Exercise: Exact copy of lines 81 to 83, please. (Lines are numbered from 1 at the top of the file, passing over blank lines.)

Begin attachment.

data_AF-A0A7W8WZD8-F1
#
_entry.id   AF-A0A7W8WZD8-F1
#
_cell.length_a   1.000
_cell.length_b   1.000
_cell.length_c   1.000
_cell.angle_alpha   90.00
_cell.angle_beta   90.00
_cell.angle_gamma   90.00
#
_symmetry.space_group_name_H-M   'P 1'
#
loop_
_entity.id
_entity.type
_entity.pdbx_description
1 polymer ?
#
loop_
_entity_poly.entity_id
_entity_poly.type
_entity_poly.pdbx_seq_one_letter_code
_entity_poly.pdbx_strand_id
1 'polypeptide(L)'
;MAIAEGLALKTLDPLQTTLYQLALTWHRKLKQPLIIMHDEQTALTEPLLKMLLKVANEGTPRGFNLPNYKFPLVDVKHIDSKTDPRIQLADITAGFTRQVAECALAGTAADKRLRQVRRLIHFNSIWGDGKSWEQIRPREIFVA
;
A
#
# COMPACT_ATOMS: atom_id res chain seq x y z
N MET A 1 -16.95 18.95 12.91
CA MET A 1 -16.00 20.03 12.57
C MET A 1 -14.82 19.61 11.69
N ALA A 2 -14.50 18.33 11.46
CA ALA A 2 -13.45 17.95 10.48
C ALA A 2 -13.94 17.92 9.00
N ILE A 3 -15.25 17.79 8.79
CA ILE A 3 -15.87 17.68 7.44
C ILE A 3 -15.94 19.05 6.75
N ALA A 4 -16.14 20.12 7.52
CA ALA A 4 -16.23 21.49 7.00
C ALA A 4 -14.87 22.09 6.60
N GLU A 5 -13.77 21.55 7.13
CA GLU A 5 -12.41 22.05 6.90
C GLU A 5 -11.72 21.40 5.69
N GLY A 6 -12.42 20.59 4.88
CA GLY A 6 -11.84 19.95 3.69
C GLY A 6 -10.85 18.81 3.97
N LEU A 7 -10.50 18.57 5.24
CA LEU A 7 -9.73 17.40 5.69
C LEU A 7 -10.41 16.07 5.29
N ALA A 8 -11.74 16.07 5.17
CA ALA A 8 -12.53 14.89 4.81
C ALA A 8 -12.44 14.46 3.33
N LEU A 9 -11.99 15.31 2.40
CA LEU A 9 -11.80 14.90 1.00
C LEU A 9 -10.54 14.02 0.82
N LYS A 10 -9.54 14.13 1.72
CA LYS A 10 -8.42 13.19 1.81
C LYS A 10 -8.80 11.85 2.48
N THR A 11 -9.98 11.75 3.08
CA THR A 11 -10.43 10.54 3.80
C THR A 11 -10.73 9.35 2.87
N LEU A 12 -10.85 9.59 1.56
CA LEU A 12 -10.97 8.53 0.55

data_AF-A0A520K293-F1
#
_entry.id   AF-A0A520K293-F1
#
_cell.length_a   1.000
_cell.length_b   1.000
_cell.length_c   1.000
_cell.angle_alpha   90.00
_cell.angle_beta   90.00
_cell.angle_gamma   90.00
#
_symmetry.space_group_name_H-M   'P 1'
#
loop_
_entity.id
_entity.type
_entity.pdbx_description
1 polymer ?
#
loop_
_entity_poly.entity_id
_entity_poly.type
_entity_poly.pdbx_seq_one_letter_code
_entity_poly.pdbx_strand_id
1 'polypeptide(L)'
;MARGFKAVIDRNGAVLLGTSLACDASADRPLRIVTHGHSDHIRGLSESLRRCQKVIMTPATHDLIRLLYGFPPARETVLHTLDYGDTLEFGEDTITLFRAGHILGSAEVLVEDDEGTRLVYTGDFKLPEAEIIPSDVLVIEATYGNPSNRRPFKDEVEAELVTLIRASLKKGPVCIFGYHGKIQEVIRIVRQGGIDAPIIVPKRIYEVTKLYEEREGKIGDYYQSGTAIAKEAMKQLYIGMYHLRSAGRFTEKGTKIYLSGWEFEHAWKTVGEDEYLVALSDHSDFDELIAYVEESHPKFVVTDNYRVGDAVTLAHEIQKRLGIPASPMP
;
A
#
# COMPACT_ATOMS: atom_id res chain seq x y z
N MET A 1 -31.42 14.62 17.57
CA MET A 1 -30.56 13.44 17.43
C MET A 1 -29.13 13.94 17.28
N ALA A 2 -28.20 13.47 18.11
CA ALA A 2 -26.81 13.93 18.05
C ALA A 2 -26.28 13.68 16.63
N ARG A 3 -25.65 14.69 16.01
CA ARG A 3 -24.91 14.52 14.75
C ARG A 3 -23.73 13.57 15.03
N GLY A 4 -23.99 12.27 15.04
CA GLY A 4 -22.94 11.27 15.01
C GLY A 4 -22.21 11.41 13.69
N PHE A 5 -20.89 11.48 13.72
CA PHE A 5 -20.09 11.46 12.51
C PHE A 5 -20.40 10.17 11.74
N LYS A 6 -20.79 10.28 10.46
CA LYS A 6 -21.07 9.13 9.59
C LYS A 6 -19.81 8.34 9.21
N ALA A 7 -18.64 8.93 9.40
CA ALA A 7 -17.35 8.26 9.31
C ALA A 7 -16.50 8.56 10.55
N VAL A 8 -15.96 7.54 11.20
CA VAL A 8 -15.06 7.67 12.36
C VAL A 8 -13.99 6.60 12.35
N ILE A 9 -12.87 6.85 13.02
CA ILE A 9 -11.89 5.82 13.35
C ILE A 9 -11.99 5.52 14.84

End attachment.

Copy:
_entity.type
_entity.pdbx_description
1 polymer ?